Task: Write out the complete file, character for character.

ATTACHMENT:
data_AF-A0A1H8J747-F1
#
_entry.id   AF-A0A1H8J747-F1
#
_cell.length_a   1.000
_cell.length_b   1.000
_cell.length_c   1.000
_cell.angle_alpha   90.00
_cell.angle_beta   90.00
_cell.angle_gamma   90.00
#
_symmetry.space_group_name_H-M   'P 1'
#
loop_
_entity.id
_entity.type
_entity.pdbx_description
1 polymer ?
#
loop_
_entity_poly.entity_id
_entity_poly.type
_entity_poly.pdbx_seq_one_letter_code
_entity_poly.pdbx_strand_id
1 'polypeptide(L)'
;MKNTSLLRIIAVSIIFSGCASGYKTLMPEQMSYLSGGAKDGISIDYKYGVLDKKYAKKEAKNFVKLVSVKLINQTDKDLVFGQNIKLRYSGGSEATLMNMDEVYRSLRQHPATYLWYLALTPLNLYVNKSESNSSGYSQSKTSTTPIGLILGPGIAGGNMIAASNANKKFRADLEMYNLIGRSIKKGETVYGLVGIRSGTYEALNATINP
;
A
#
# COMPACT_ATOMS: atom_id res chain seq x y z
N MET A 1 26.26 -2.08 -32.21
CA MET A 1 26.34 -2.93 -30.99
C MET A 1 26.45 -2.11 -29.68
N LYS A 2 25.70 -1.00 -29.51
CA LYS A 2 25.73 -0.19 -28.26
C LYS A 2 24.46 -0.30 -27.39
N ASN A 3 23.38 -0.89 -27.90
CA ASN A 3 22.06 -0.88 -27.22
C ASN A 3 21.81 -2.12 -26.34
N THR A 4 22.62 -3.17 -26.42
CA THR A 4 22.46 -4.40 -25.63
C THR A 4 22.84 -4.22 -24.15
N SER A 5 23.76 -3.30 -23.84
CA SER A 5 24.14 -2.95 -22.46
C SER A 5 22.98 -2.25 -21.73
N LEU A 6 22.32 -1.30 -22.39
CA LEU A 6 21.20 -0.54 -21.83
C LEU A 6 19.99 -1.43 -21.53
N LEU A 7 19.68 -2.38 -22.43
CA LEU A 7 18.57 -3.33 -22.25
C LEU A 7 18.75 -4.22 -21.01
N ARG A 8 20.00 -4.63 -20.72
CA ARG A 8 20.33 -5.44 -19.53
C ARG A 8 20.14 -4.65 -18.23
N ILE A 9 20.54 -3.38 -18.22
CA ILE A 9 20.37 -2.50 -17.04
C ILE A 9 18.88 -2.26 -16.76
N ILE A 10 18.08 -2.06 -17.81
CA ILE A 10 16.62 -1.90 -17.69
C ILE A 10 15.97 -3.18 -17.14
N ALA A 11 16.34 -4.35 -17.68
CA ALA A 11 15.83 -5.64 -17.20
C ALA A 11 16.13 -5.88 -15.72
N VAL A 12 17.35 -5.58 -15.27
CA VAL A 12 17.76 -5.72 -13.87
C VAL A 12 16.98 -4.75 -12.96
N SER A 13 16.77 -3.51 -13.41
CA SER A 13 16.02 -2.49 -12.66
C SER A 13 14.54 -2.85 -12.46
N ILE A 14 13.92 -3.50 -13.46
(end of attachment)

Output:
data_AF-A0A1H8J747-F1
#
_entry.id   AF-A0A1H8J747-F1
#
_cell.length_a   1.000
_cell.length_b   1.000
_cell.length_c   1.000
_cell.angle_alpha   90.00
_cell.angle_beta   90.00
_cell.angle_gamma   90.00
#
_symmetry.space_group_name_H-M   'P 1'
#
loop_
_entity.id
_entity.type
_entity.pdbx_description
1 polymer ?
#
loop_
_entity_poly.entity_id
_entity_poly.type
_entity_poly.pdbx_seq_one_letter_code
_entity_poly.pdbx_strand_id
1 'polypeptide(L)'
;MKNTSLLRIIAVSIIFSGCASGYKTLMPEQMSYLSGGAKDGISIDYKYGVLDKKYAKKEAKNFVKLVSVKLINQTDKDLVFGQNIKLRYSGGSEATLMNMDEVYRSLRQHPATYLWYLALTPLNLYVNKSESNSSGYSQSKTSTTPIGLILGPGIAGGNMIAASNANKKFRADLEMYNLIGRSIKKGETVYGLVGIRSGTYEALNATINP
;
A
#
# COMPACT_ATOMS: atom_id res chain seq x y z
N MET A 1 26.26 -2.08 -32.21
CA MET A 1 26.34 -2.93 -30.99
C MET A 1 26.45 -2.11 -29.68
N LYS A 2 25.70 -1.00 -29.51
CA LYS A 2 25.73 -0.19 -28.26
C LYS A 2 24.46 -0.30 -27.39
N ASN A 3 23.38 -0.89 -27.90
CA ASN A 3 22.06 -0.88 -27.22
C ASN A 3 21.81 -2.12 -26.34
N THR A 4 22.62 -3.17 -26.42
CA THR A 4 22.46 -4.40 -25.63
C THR A 4 22.84 -4.22 -24.15
N SER A 5 23.76 -3.30 -23.84
CA SER A 5 24.14 -2.95 -22.46
C SER A 5 22.98 -2.25 -21.73
N LEU A 6 22.32 -1.30 -22.39
CA LEU A 6 21.20 -0.54 -21.83
C LEU A 6 19.99 -1.43 -21.53
N LEU A 7 19.68 -2.38 -22.43
CA LEU A 7 18.57 -3.33 -22.25
C LEU A 7 18.75 -4.22 -21.01
N ARG A 8 20.00 -4.63 -20.72
CA ARG A 8 20.33 -5.44 -19.53
C ARG A 8 20.14 -4.65 -18.23
N ILE A 9 20.54 -3.38 -18.22
CA ILE A 9 20.37 -2.50 -17.04
C ILE A 9 18.88 -2.26 -16.76
N ILE A 10 18.08 -2.06 -17.81
CA ILE A 10 16.62 -1.90 -17.69
C ILE A 10 15.97 -3.18 -17.14
N ALA A 11 16.34 -4.35 -17.68
CA ALA A 11 15.83 -5.64 -17.20
C ALA A 11 16.13 -5.88 -15.72
N VAL A 12 17.35 -5.58 -15.27
CA VAL A 12 17.76 -5.72 -13.87
C VAL A 12 16.98 -4.75 -12.96
N SER A 13 16.77 -3.51 -13.41
CA SER A 13 16.02 -2.49 -12.66
C SER A 13 14.54 -2.85 -12.46
N ILE A 14 13.92 -3.50 -13.46